Dr. Alexander Campbell, a dissenter from all forms of
established religion in England, emigrated to America in
1812. He renounced his Presbyterian affiliations, connected
Dk. Eufus C. Burleson. 47
himself with the Baptist with whom he worked in harmony
for several years.
Some differences and disagreements arose between him-
self and this denomination which could not be reconciled and
Dr. Campbell withdrew from the Baptists and was, for a time
an independent preacher. His labors as an independent min-
ister were confined to western Pennsylvania, Ohio, and Vir-
ginia, making frequent preaching tours through the southern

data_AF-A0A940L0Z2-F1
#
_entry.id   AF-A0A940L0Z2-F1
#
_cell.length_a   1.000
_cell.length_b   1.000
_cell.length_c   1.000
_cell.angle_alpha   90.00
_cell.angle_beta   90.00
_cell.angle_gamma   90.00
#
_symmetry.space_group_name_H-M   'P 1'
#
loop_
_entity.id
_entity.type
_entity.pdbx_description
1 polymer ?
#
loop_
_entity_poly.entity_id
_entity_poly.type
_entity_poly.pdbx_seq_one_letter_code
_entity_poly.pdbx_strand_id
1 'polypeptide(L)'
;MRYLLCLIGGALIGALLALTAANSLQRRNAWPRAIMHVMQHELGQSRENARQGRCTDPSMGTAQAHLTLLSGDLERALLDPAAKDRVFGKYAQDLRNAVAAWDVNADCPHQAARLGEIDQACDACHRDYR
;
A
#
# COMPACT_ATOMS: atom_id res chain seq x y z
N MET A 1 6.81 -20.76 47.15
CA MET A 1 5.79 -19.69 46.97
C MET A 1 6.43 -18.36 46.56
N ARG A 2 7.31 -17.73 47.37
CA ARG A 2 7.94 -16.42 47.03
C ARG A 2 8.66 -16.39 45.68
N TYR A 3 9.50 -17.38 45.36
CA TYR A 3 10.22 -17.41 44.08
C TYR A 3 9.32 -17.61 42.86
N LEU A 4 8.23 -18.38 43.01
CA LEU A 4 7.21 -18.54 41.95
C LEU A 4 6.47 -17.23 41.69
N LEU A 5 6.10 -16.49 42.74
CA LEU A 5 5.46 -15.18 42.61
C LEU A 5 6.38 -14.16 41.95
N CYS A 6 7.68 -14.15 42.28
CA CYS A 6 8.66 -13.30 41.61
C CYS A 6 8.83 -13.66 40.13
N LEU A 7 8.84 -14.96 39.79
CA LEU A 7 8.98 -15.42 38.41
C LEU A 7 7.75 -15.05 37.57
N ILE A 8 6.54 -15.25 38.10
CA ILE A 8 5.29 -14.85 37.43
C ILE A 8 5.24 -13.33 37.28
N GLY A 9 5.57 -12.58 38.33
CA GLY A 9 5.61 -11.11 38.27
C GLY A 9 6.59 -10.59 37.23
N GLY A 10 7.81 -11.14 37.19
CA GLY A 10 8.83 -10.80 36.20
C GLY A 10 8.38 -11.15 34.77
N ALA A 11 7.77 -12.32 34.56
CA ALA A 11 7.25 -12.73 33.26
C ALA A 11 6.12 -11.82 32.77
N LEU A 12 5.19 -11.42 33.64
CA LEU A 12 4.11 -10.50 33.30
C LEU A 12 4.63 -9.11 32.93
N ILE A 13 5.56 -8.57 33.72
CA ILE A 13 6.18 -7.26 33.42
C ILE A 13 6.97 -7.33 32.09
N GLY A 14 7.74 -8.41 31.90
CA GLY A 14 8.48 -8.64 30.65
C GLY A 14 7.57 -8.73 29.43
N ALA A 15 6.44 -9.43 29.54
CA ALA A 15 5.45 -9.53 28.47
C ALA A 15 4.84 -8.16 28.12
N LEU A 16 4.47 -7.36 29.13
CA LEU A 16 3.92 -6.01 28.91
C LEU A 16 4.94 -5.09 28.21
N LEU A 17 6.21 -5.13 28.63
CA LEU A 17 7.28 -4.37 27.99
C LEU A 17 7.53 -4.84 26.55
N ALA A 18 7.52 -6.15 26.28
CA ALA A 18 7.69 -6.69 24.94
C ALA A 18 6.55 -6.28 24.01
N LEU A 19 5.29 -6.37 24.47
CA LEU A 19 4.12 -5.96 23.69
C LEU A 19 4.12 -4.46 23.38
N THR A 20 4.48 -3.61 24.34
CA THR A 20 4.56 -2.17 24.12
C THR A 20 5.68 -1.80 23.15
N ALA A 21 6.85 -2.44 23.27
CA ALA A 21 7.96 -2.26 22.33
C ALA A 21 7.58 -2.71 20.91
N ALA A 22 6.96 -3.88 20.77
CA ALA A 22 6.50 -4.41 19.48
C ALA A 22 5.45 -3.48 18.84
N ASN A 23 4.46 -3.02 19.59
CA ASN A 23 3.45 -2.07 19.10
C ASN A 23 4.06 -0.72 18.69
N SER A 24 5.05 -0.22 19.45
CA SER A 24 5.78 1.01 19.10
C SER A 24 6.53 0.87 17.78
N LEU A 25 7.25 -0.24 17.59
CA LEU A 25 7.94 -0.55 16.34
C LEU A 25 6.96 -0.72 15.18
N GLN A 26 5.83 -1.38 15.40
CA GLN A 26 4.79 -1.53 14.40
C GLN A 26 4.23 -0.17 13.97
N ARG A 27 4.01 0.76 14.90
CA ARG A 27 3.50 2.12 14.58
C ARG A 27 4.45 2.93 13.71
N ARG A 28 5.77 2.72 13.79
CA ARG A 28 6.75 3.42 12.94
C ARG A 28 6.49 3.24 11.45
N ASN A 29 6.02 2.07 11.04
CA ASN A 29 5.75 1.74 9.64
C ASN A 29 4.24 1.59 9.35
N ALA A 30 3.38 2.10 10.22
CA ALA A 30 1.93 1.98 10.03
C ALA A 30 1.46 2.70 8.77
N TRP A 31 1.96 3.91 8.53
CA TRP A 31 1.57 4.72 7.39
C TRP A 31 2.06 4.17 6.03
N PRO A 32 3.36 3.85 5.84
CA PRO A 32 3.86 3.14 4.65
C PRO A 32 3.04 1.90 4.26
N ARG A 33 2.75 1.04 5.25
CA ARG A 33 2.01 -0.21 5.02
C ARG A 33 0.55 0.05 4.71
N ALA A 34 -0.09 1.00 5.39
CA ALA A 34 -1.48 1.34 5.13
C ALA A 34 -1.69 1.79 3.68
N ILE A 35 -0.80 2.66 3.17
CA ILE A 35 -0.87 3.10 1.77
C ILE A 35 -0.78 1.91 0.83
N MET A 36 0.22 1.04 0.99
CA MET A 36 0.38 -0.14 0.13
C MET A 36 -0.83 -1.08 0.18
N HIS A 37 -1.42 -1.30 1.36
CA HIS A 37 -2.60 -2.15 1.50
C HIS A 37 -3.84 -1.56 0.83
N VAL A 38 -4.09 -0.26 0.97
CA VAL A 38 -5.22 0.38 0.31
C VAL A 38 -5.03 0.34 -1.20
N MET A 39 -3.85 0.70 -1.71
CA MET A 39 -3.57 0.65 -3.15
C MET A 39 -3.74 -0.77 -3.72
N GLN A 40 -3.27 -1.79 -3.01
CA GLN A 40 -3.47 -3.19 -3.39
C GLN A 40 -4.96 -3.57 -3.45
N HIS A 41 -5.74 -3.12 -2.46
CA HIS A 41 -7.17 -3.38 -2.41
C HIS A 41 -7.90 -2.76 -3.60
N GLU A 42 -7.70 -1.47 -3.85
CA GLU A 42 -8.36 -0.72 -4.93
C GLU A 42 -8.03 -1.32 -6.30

By his power on the platform, and serial publications
"The Christian Baptist" and "Millennial Harbinger" he
attracted public attention, and finally controlled a powerful
constituency. In 1827, his converts and adherents com-
menced to secede, or withdraw from the denominations with
which they had been co-operating and form separate churches,
which were christened "Disciples of Christ."
Dr. Campbell was a great power as an orator and debater
continued to preach, was very aggressive, and the wave of
reJigious disaffection which he originated increased until it
swept over Kentucky, Tennessee, Alabama, Mississippi and
some other southern states with a force that portended, for a
time, the disruption of many existing religious institutions.
He seemed to be more hostile toward the Baptist than
any other denomination, and Baptist churches suffered more